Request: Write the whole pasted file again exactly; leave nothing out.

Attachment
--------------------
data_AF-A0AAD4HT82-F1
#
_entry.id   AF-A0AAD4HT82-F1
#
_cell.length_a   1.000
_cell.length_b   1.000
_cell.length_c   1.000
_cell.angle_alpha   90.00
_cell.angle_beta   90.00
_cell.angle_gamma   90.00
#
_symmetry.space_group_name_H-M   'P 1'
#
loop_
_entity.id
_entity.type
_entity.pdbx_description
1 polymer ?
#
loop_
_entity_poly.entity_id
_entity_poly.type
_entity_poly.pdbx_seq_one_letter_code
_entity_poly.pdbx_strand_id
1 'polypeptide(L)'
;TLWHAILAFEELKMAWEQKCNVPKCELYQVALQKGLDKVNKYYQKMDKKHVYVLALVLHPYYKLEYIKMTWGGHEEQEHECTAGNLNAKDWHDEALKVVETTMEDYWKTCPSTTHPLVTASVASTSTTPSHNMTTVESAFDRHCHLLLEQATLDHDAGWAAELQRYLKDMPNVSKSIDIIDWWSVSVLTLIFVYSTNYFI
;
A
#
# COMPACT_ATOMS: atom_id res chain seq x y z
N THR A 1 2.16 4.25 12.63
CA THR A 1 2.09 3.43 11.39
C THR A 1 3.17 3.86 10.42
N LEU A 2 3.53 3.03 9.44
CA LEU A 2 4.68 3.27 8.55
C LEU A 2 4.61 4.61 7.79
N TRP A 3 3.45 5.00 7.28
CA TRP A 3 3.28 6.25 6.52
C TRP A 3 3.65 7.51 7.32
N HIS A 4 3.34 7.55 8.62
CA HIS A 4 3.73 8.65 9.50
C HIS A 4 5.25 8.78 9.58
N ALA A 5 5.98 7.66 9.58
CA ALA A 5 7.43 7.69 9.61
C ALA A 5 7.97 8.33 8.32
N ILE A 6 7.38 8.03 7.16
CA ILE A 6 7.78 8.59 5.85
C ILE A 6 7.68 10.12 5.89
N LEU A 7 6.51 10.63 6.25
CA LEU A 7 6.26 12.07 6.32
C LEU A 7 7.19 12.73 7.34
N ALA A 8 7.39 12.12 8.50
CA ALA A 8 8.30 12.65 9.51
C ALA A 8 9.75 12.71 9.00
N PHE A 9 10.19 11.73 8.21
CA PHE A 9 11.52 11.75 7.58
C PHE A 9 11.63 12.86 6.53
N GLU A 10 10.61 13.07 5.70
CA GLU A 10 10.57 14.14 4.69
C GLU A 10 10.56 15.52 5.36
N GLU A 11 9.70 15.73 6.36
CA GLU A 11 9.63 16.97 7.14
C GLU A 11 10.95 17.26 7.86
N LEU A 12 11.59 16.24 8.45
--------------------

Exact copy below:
data_AF-A0AAD4HT82-F1
#
_entry.id   AF-A0AAD4HT82-F1
#
_cell.length_a   1.000
_cell.length_b   1.000
_cell.length_c   1.000
_cell.angle_alpha   90.00
_cell.angle_beta   90.00
_cell.angle_gamma   90.00
#
_symmetry.space_group_name_H-M   'P 1'
#
loop_
_entity.id
_entity.type
_entity.pdbx_description
1 polymer ?
#
loop_
_entity_poly.entity_id
_entity_poly.type
_entity_poly.pdbx_seq_one_letter_code
_entity_poly.pdbx_strand_id
1 'polypeptide(L)'
;TLWHAILAFEELKMAWEQKCNVPKCELYQVALQKGLDKVNKYYQKMDKKHVYVLALVLHPYYKLEYIKMTWGGHEEQEHECTAGNLNAKDWHDEALKVVETTMEDYWKTCPSTTHPLVTASVASTSTTPSHNMTTVESAFDRHCHLLLEQATLDHDAGWAAELQRYLKDMPNVSKSIDIIDWWSVSVLTLIFVYSTNYFI
;
A
#
# COMPACT_ATOMS: atom_id res chain seq x y z
N THR A 1 2.16 4.25 12.63
CA THR A 1 2.09 3.43 11.39
C THR A 1 3.17 3.86 10.42
N LEU A 2 3.53 3.03 9.44
CA LEU A 2 4.68 3.27 8.55
C LEU A 2 4.61 4.61 7.79
N TRP A 3 3.45 5.00 7.28
CA TRP A 3 3.28 6.25 6.52
C TRP A 3 3.65 7.51 7.32
N HIS A 4 3.34 7.55 8.62
CA HIS A 4 3.73 8.65 9.50
C HIS A 4 5.25 8.78 9.58
N ALA A 5 5.98 7.66 9.58
CA ALA A 5 7.43 7.69 9.61
C ALA A 5 7.97 8.33 8.32
N ILE A 6 7.38 8.03 7.16
CA ILE A 6 7.78 8.59 5.85
C ILE A 6 7.68 10.12 5.89
N LEU A 7 6.51 10.63 6.25
CA LEU A 7 6.26 12.07 6.32
C LEU A 7 7.19 12.73 7.34
N ALA A 8 7.39 12.12 8.50
CA ALA A 8 8.30 12.65 9.51
C ALA A 8 9.75 12.71 9.00
N PHE A 9 10.19 11.73 8.21
CA PHE A 9 11.52 11.75 7.58
C PHE A 9 11.63 12.86 6.53
N GLU A 10 10.61 13.07 5.70
CA GLU A 10 10.57 14.14 4.69
C GLU A 10 10.56 15.52 5.36
N GLU A 11 9.70 15.73 6.36
CA GLU A 11 9.63 16.97 7.14
C GLU A 11 10.95 17.26 7.86
N LEU A 12 11.59 16.24 8.45